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Summa Theologica
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Whether there can be falsehood in the intellect of an angel?

Objection 1: It would seem that there can be falsehood in the angel's intellect. For perversity appertains to falsehood. But, as Dionysius says (Div. Nom. iv), there is "a perverted fancy" in the demons. Therefore it seems that there can be falsehood in the intellect of the angels.

Objection 2: Further, nescience is the cause of estimating falsely. But, as Dionysius says (Eccl. Hier. vi), there can be nescience in the angels. Therefore it seems there can be falsehood in them.

Objection 3: Further, everything which falls short of the truth of wisdom, and which has a depraved reason, has falsehood or error in its intellect. But Dionysius (Div. Nom. vii) affirms this of the demons. Therefore it seems that there can be error in the minds of the angels.

On the contrary, The Philosopher says (De Anima iii, text. 41) that "the intelligence is always true." Augustine likewise says (QQ. 83, qu. 32) that "nothing but what is true can be the object of intelligence" Therefore there can be neither deception nor falsehood in the angel's knowledge.

I answer that, The truth of this question depends partly upon what has gone before. For it has been said (A[4]) that an angel understands not by composing and dividing, but by understanding what a thing is. Now the intellect is always true as regards what a thing is, just as the sense regarding its proper object, as is said in De Anima iii, text. 26. But by accident, deception and falsehood creep in, when we understand the essence of a thing by some kind of composition, and this happens either when we take the definition of one thing for another, or when the parts of a definition do not hang together, as if we were to accept as the definition of some creature, "a four-footed flying beast," for there is no such animal. And this comes about in things composite, the definition of which is drawn from diverse elements, one of which is as matter to the other. But there is no room for error in understanding simple quiddities, as is stated in Metaph. ix, text. 22; for either they are not grasped at all, and so we know nothing respecting them; or else they are known precisely as they exist.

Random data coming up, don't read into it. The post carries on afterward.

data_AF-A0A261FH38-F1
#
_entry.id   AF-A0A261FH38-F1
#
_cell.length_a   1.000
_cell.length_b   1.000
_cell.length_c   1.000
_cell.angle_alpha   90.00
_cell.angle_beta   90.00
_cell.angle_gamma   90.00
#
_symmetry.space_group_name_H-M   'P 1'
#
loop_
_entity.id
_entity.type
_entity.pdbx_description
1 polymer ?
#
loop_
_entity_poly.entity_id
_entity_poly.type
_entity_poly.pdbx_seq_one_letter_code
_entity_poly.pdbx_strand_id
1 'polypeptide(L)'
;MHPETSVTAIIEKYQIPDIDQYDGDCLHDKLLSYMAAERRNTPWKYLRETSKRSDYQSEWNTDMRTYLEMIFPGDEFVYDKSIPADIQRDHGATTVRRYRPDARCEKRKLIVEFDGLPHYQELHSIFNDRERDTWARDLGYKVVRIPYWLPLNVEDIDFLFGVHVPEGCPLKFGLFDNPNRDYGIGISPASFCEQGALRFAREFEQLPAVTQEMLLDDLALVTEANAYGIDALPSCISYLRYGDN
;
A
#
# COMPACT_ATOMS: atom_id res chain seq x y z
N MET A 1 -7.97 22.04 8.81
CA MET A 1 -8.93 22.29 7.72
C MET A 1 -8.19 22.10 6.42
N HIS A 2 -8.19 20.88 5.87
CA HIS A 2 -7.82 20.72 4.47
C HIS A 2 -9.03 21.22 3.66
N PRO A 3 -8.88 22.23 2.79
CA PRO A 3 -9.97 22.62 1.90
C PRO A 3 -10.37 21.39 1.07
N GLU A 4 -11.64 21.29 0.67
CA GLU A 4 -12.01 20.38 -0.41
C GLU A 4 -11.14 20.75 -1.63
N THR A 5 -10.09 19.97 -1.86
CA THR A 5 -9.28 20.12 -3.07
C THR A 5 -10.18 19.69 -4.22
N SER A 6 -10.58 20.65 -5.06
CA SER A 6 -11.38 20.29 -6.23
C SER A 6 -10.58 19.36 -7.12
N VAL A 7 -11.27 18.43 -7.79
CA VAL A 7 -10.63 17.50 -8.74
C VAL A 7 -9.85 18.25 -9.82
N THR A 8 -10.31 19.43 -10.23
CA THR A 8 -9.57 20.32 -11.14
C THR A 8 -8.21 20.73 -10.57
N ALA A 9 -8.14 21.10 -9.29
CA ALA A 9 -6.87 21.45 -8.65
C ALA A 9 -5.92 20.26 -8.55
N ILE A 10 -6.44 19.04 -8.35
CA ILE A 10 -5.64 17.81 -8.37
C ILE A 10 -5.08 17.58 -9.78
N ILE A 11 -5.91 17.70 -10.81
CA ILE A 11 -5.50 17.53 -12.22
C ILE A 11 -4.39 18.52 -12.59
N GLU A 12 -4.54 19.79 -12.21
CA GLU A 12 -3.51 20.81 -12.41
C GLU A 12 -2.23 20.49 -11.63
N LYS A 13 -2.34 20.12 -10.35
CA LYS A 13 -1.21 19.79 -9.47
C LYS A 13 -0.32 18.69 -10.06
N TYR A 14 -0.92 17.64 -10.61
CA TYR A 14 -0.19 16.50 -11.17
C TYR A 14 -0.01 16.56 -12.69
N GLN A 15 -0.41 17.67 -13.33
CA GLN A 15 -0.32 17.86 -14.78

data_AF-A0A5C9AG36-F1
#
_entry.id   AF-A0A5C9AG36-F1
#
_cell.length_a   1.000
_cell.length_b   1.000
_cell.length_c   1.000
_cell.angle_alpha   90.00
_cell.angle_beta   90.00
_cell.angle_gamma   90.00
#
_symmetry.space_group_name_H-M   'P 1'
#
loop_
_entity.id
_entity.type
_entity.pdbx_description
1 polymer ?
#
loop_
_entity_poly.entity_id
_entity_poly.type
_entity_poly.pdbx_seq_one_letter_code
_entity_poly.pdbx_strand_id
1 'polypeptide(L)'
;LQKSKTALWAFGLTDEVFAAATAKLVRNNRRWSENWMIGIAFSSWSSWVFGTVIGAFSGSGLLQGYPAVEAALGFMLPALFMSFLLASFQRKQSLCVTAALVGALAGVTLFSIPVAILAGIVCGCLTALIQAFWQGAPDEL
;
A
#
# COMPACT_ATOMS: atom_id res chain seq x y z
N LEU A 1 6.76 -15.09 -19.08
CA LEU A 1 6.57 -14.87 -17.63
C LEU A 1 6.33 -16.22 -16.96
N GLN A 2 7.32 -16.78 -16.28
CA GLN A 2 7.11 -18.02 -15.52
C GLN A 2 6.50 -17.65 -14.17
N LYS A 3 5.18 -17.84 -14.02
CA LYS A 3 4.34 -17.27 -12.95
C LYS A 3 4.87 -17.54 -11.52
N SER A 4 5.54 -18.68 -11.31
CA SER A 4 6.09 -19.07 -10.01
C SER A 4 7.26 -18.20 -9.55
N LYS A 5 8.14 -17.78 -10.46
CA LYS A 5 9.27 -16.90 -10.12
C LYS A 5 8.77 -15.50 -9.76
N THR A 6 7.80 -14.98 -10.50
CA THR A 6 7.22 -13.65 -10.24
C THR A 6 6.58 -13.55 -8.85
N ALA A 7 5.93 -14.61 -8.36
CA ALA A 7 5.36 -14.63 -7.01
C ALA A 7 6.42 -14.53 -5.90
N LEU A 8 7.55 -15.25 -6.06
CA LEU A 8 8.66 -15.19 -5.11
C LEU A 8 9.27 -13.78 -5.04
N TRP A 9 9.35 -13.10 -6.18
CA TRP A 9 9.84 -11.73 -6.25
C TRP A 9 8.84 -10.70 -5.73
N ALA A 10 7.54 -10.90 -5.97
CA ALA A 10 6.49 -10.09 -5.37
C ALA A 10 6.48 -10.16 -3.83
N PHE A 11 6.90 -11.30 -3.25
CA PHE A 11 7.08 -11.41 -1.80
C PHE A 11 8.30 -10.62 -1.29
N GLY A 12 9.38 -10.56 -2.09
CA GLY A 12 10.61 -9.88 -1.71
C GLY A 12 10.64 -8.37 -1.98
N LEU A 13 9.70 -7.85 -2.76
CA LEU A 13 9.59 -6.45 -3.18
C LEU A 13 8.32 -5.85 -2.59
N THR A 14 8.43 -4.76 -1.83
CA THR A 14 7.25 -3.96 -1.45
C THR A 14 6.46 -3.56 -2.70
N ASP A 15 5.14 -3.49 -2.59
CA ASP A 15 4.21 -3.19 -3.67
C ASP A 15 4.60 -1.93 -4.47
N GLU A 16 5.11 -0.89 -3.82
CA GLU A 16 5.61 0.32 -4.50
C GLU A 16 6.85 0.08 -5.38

So therefore, no falsehood, error, or deception can exist of itself in the mind of any angel; yet it does so happen accidentally; but very differently from the way it befalls us. For we sometimes get at the quiddity of a thing by a composing and dividing process, as when, by division and demonstration, we seek out the truth of a definition. Such is not the method of the angels; but through the (knowledge of the) essence of a thing they know everything that can be said regarding it. Now it is quite evident that the quiddity of a thing can be a source of knowledge with regard to everything belonging to such thing, or excluded from it; but not of what may be dependent on God's supernatural ordinance. Consequently, owing to their upright will, from their knowing the nature of every creature, the good angels form no judgments as to the nature of the qualities therein, save under the Divine ordinance; hence there can be no error or falsehood in them. But since the minds of demons are utterly perverted from the Divine wisdom, they at times form their opinions of things simply according to the natural conditions of the same. Nor are they ever deceived as to the natural properties of anything; but they can be misled with regard to supernatural matters; for example, on seeing a dead man, they may suppose that he will not rise again, or, on beholding Christ, they may judge Him not to be God.

From all this the answers to the objections of both sides of the question are evident. For the perversity of the demons comes of their not being subject to the Divine wisdom; while nescience is in the angels as regards things knowable, not naturally but supernaturally. It is, furthermore, evident that their understanding of what a thing is, is always true, save accidentally, according as it is, in an undue manner, referred to some composition or division.

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